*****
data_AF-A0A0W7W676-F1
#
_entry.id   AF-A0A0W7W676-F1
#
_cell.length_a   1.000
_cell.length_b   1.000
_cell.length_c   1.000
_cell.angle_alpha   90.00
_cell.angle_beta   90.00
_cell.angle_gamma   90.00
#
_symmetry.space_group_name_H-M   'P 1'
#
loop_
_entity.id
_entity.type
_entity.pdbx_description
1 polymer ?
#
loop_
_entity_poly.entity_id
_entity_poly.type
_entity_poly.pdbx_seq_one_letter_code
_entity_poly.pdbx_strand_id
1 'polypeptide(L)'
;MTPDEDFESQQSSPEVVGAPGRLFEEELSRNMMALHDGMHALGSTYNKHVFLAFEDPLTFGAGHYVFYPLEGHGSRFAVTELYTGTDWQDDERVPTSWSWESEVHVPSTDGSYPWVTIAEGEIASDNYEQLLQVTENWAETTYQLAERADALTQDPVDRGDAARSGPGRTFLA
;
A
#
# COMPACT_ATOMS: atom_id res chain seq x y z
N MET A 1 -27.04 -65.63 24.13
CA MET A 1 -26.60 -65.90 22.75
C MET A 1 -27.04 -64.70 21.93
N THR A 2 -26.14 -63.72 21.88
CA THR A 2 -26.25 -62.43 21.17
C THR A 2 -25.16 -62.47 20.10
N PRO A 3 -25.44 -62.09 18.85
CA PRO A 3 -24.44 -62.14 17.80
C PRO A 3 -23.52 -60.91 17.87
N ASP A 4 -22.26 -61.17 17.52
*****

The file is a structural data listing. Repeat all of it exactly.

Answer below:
data_AF-A0A0W7W676-F1
#
_entry.id   AF-A0A0W7W676-F1
#
_cell.length_a   1.000
_cell.length_b   1.000
_cell.length_c   1.000
_cell.angle_alpha   90.00
_cell.angle_beta   90.00
_cell.angle_gamma   90.00
#
_symmetry.space_group_name_H-M   'P 1'
#
loop_
_entity.id
_entity.type
_entity.pdbx_description
1 polymer ?
#
loop_
_entity_poly.entity_id
_entity_poly.type
_entity_poly.pdbx_seq_one_letter_code
_entity_poly.pdbx_strand_id
1 'polypeptide(L)'
;MTPDEDFESQQSSPEVVGAPGRLFEEELSRNMMALHDGMHALGSTYNKHVFLAFEDPLTFGAGHYVFYPLEGHGSRFAVTELYTGTDWQDDERVPTSWSWESEVHVPSTDGSYPWVTIAEGEIASDNYEQLLQVTENWAETTYQLAERADALTQDPVDRGDAARSGPGRTFLA
;
A
#
# COMPACT_ATOMS: atom_id res chain seq x y z
N MET A 1 -27.04 -65.63 24.13
CA MET A 1 -26.60 -65.90 22.75
C MET A 1 -27.04 -64.70 21.93
N THR A 2 -26.14 -63.72 21.88
CA THR A 2 -26.25 -62.43 21.17
C THR A 2 -25.16 -62.47 20.10
N PRO A 3 -25.44 -62.09 18.85
CA PRO A 3 -24.44 -62.14 17.80
C PRO A 3 -23.52 -60.91 17.87
N ASP A 4 -22.26 -61.17 17.52